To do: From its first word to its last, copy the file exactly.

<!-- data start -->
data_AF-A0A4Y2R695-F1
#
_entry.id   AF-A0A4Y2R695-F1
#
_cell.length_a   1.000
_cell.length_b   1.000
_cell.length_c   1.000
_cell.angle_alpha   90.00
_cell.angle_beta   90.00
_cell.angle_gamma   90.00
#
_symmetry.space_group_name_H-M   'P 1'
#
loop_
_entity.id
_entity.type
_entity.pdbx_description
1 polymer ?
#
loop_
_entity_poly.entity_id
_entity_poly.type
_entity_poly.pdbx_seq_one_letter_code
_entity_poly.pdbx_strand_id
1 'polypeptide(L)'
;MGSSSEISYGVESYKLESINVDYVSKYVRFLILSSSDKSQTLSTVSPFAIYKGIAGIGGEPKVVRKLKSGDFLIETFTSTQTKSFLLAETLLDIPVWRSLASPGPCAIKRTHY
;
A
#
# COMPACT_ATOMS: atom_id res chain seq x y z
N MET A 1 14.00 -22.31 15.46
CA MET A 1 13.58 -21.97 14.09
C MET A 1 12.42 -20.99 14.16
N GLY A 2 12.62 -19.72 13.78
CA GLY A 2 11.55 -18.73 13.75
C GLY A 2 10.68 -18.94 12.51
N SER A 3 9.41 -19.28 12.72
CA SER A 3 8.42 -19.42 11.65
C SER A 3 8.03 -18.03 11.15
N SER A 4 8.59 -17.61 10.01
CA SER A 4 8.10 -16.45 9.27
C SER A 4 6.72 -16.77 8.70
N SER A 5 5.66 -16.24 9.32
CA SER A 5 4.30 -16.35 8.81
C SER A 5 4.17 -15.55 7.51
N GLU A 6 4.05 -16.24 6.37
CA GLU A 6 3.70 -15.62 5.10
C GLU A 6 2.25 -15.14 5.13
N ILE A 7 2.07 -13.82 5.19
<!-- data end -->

data_AF-A0A4Y2R695-F1
#
_entry.id   AF-A0A4Y2R695-F1
#
_cell.length_a   1.000
_cell.length_b   1.000
_cell.length_c   1.000
_cell.angle_alpha   90.00
_cell.angle_beta   90.00
_cell.angle_gamma   90.00
#
_symmetry.space_group_name_H-M   'P 1'
#
loop_
_entity.id
_entity.type
_entity.pdbx_description
1 polymer ?
#
loop_
_entity_poly.entity_id
_entity_poly.type
_entity_poly.pdbx_seq_one_letter_code
_entity_poly.pdbx_strand_id
1 'polypeptide(L)'
;MGSSSEISYGVESYKLESINVDYVSKYVRFLILSSSDKSQTLSTVSPFAIYKGIAGIGGEPKVVRKLKSGDFLIETFTSTQTKSFLLAETLLDIPVWRSLASPGPCAIKRTHY
;
A
#
# COMPACT_ATOMS: atom_id res chain seq x y z
N MET A 1 14.00 -22.31 15.46
CA MET A 1 13.58 -21.97 14.09
C MET A 1 12.42 -20.99 14.16
N GLY A 2 12.62 -19.72 13.78
CA GLY A 2 11.55 -18.73 13.75
C GLY A 2 10.68 -18.94 12.51
N SER A 3 9.41 -19.28 12.72
CA SER A 3 8.42 -19.42 11.65
C SER A 3 8.03 -18.03 11.15
N SER A 4 8.59 -17.61 10.01
CA SER A 4 8.10 -16.45 9.27
C SER A 4 6.72 -16.77 8.70
N SER A 5 5.66 -16.24 9.32
CA SER A 5 4.30 -16.35 8.81
C SER A 5 4.17 -15.55 7.51
N GLU A 6 4.05 -16.24 6.37
CA GLU A 6 3.70 -15.62 5.10
C GLU A 6 2.25 -15.14 5.13
N ILE A 7 2.07 -13.82 5.19